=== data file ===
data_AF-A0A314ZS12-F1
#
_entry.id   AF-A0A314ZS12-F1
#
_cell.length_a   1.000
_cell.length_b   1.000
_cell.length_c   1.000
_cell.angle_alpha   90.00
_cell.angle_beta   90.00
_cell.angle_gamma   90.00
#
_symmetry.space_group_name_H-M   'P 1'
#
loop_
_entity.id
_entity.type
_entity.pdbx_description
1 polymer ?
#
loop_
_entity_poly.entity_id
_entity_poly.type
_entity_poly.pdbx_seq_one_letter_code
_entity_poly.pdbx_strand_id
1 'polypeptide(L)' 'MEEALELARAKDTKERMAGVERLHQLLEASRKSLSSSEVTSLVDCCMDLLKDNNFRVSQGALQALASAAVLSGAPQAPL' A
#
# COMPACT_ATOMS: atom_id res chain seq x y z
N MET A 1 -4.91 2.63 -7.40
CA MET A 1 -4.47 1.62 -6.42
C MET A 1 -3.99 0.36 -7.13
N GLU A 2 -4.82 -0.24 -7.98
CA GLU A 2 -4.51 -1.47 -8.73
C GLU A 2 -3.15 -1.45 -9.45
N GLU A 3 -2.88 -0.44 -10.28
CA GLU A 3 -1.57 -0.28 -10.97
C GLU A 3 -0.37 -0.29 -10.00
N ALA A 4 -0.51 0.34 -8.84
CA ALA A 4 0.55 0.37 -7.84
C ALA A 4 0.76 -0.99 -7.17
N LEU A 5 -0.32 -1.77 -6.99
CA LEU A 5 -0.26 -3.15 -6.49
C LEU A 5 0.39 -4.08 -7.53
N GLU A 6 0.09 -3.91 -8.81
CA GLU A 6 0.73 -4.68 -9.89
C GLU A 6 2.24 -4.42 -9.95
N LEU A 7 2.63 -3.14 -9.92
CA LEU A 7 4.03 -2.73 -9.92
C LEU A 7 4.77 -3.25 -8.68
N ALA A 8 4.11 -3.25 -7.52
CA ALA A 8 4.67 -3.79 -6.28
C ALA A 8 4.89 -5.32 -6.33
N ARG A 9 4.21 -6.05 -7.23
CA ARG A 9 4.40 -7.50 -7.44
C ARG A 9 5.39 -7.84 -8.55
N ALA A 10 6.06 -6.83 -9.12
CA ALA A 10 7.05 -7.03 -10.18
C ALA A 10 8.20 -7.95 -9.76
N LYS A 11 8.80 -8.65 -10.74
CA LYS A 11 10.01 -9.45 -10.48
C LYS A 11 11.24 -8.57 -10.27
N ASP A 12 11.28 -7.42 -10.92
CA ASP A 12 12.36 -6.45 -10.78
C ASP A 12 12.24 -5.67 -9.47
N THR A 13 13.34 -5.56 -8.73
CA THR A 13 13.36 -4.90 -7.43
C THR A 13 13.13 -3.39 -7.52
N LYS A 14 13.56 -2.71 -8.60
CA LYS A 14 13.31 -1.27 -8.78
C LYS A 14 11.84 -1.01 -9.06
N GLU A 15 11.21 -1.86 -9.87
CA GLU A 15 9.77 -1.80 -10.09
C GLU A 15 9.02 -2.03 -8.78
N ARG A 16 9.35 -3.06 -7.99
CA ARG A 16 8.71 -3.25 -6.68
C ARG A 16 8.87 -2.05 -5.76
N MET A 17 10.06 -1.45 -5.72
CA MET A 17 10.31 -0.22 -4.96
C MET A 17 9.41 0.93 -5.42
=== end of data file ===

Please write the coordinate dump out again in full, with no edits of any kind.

data_AF-A0A314ZS12-F1
#
_entry.id   AF-A0A314ZS12-F1
#
_cell.length_a   1.000
_cell.length_b   1.000
_cell.length_c   1.000
_cell.angle_alpha   90.00
_cell.angle_beta   90.00
_cell.angle_gamma   90.00
#
_symmetry.space_group_name_H-M   'P 1'
#
loop_
_entity.id
_entity.type
_entity.pdbx_description
1 polymer ?
#
loop_
_entity_poly.entity_id
_entity_poly.type
_entity_poly.pdbx_seq_one_letter_code
_entity_poly.pdbx_strand_id
1 'polypeptide(L)' 'MEEALELARAKDTKERMAGVERLHQLLEASRKSLSSSEVTSLVDCCMDLLKDNNFRVSQGALQALASAAVLSGAPQAPL' A
#
# COMPACT_ATOMS: atom_id res chain seq x y z
N MET A 1 -4.91 2.63 -7.40
CA MET A 1 -4.47 1.62 -6.42
C MET A 1 -3.99 0.36 -7.13
N GLU A 2 -4.82 -0.24 -7.98
CA GLU A 2 -4.51 -1.47 -8.73
C GLU A 2 -3.15 -1.45 -9.45
N GLU A 3 -2.88 -0.44 -10.28
CA GLU A 3 -1.57 -0.28 -10.97
C GLU A 3 -0.37 -0.29 -10.00
N ALA A 4 -0.51 0.34 -8.84
CA ALA A 4 0.55 0.37 -7.84
C ALA A 4 0.76 -0.99 -7.17
N LEU A 5 -0.32 -1.77 -6.99
CA LEU A 5 -0.26 -3.15 -6.49
C LEU A 5 0.39 -4.08 -7.53
N GLU A 6 0.09 -3.91 -8.81
CA GLU A 6 0.73 -4.68 -9.89
C GLU A 6 2.24 -4.42 -9.95
N LEU A 7 2.63 -3.14 -9.92
CA LEU A 7 4.03 -2.73 -9.92
C LEU A 7 4.77 -3.25 -8.68
N ALA A 8 4.11 -3.25 -7.52
CA ALA A 8 4.67 -3.79 -6.28
C ALA A 8 4.89 -5.32 -6.33
N ARG A 9 4.21 -6.05 -7.23
CA ARG A 9 4.40 -7.50 -7.44
C ARG A 9 5.39 -7.84 -8.55
N ALA A 10 6.06 -6.83 -9.12
CA ALA A 10 7.05 -7.03 -10.18
C ALA A 10 8.20 -7.95 -9.76
N LYS A 11 8.80 -8.65 -10.74
CA LYS A 11 10.01 -9.45 -10.48
C LYS A 11 11.24 -8.57 -10.27
N ASP A 12 11.28 -7.42 -10.92
CA ASP A 12 12.36 -6.45 -10.78
C ASP A 12 12.24 -5.67 -9.47
N THR A 13 13.34 -5.56 -8.73
CA THR A 13 13.36 -4.90 -7.43
C THR A 13 13.13 -3.39 -7.52
N LYS A 14 13.56 -2.71 -8.60
CA LYS A 14 13.31 -1.27 -8.78
C LYS A 14 11.84 -1.01 -9.06
N GLU A 15 11.21 -1.86 -9.87
CA GLU A 15 9.77 -1.80 -10.09
C GLU A 15 9.02 -2.03 -8.78
N ARG A 16 9.35 -3.06 -7.99
CA ARG A 16 8.71 -3.25 -6.68
C ARG A 16 8.87 -2.05 -5.76
N MET A 17 10.06 -1.45 -5.72
CA MET A 17 10.31 -0.22 -4.96
C MET A 17 9.41 0.93 -5.42